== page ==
= Comics veteran Tom Ziuko, a colorist for hundreds of comic books, including an Eisner-nominated run on DC Comics’ Hellblazer, is in poor health and urgent need of help. According to artist Allan Kupperberg, “Tom spent the entire holiday season fighting acute kidney failure and several unrelated but severely painful conditions. The good news is that the doctors seem to have finally stumbled on a series of treatments and therapies that have Tom seeing some light at the end of the tunnel. The bad news is that Tom, uninsured and unable to work since the beginning of December, is in a tough financial bind.” I hope someone has pointed Tom toward The Hero Initiative. But in the meantime, find out how you can help. Read it

= From the “whatever happened to…” file, artist Bill Sienkiewicz (Elektra: Assassin) talks about the absolute implosion that caused the end of Big Numbers, his ambitious series with acclaimed writer Alan Moore (From Hell, Watchmen). Only 2 of a planned 12 issues were published in 1990, but it appeared to be Moore’s magnum opus, dealing with chaos theory as it reflected on the inhabitants of a small English town and the arrival of a huge shopping center. Chaos, indeed. A portion of the never-published third issue was posted online last year. Read it

= Congratulations to sometimes comics writer Neil Gaiman (Sandman, The Graveyard Book) and musician/writer Amanda Palmer (The Dresden Dolls) on their wedding last weekend, as revealed on their Twitter accounts (complete with wedding kiss pic)! Read it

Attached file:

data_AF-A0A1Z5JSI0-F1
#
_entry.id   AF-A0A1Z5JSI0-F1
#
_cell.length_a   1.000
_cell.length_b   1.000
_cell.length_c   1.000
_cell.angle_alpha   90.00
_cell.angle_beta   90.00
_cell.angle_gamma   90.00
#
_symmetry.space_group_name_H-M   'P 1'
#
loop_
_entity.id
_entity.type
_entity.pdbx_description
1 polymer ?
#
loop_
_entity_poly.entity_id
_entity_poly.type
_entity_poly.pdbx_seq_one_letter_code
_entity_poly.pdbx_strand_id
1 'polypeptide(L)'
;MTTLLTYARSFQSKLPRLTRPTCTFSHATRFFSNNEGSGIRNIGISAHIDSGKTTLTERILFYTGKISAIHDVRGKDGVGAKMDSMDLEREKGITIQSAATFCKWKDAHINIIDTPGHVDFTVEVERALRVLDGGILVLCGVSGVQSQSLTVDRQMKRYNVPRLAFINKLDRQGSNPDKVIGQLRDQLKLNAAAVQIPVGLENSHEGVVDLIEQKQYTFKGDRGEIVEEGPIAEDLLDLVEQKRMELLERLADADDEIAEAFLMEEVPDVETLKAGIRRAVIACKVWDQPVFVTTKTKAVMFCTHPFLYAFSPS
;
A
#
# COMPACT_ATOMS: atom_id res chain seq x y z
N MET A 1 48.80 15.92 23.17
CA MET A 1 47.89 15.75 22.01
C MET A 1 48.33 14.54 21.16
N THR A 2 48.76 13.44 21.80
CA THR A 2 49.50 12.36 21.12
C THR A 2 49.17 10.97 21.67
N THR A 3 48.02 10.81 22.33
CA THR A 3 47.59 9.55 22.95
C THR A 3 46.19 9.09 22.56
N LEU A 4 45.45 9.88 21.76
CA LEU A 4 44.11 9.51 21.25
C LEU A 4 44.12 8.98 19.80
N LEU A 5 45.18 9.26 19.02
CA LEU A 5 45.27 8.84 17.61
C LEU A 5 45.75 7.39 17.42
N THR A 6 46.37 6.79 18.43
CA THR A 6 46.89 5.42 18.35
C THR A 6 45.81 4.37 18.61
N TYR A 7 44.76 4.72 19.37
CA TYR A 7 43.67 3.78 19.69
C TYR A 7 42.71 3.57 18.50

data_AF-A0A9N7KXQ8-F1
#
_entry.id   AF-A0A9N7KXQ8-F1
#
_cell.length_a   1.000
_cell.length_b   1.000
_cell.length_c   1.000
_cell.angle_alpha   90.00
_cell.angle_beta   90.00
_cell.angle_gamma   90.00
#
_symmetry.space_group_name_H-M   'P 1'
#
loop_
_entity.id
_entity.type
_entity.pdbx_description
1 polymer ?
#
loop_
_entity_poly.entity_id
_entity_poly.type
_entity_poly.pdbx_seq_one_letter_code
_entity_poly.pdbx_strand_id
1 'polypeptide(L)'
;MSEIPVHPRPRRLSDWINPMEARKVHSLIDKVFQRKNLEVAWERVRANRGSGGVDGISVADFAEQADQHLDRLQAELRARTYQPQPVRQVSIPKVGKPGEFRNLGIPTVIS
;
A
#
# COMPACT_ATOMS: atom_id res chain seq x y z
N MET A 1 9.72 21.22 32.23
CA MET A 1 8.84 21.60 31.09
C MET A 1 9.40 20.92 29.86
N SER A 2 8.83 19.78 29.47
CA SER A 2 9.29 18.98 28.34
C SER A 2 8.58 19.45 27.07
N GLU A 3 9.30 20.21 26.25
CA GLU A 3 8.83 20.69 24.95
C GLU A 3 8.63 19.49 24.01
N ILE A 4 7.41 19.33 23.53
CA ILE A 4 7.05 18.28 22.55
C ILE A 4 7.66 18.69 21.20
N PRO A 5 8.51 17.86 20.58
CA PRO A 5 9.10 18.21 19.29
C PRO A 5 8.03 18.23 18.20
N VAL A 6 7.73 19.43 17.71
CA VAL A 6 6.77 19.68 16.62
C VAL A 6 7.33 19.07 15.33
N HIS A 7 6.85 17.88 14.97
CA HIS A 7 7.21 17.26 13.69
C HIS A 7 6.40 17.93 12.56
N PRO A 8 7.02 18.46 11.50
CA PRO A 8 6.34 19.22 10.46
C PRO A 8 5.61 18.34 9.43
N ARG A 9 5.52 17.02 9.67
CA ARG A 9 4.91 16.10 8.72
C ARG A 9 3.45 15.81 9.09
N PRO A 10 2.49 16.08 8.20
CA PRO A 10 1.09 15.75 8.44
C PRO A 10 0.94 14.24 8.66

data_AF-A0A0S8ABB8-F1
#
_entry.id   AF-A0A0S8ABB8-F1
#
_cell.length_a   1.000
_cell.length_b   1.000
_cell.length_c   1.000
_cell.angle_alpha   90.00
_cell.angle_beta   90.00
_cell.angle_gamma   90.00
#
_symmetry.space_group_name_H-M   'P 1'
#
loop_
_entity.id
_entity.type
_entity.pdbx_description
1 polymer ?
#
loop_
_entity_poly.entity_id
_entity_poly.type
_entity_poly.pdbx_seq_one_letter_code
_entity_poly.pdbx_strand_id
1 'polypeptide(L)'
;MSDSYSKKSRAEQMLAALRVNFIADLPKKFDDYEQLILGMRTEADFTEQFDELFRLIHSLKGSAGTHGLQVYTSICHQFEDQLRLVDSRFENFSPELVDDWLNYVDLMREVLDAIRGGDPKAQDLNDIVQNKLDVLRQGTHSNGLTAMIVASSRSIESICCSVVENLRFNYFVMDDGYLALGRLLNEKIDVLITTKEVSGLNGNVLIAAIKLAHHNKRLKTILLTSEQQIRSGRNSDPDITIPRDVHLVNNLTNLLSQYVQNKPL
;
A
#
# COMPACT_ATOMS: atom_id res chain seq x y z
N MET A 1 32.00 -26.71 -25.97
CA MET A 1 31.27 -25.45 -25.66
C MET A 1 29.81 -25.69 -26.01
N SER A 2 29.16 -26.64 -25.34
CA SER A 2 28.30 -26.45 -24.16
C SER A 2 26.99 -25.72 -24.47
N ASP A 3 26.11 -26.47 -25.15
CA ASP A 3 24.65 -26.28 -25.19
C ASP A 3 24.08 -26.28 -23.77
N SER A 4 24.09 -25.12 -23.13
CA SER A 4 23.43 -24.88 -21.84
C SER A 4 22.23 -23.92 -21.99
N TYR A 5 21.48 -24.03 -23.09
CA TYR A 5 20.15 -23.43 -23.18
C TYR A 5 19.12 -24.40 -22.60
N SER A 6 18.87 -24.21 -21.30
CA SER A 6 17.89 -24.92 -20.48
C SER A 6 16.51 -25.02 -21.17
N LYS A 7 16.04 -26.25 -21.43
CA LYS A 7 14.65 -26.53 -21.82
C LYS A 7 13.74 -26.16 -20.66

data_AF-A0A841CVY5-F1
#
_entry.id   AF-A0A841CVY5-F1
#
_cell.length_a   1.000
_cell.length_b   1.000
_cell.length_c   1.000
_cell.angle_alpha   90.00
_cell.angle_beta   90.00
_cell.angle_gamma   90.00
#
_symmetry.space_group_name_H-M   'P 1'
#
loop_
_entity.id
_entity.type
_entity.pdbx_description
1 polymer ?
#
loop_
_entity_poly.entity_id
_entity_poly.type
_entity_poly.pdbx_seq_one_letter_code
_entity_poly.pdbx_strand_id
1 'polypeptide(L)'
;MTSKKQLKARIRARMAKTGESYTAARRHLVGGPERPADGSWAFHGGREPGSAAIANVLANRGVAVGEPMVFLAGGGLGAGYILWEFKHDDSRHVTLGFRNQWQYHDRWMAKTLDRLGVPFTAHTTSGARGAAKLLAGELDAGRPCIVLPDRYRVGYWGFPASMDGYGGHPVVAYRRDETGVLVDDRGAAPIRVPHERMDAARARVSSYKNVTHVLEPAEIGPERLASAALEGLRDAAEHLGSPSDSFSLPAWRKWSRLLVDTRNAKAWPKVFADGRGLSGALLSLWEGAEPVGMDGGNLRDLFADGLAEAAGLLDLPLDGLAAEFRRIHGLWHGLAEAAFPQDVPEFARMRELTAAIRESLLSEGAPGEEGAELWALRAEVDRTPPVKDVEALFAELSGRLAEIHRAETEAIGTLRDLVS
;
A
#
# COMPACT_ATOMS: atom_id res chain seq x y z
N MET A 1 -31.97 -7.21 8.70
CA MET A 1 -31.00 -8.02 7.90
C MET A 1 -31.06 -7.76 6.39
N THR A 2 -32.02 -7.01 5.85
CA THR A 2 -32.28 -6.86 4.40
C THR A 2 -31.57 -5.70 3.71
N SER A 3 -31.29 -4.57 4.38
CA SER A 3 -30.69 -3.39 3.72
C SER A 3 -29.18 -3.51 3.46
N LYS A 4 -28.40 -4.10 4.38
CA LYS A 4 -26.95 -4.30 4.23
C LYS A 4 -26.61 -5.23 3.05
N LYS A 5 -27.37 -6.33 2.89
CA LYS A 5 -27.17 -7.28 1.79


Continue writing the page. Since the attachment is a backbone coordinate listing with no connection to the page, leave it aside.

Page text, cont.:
= For the “I don’t know what to think” file, Ardden Entertainment released information about their March-shipping comic books, which includes Comeback Kings #1 by writers Matt Sullivan and Gabe Guarente and artist Ethan Young. The pitch for the issue reads:

“Bruce Lee. Jim Morrison. Elvis Presley. Andy Kaufman. Tupac Shakur. All controversial cultural icons who died before their time. Or did they? These legends [are] alive and well, part of Project Resurrection, a global crime-fighting unit that’s a cross between The League Of Extraordinary Gentleman and Celebrity Rehab. They’re the world’s most famous dead superstars – and they’re living super-spies! When a terroristic reality TV supervillain plans to extend his 15 minutes of fame by making a play for infamy via a Hollywood holocaust, the Comeback Kings must put aside their differences and reunite for an encore in order to stop him. The show must go on!”

I’m going to assume that the estates of these celebrities have not authorized this, but I could be wrong. Either way… yikes. Read it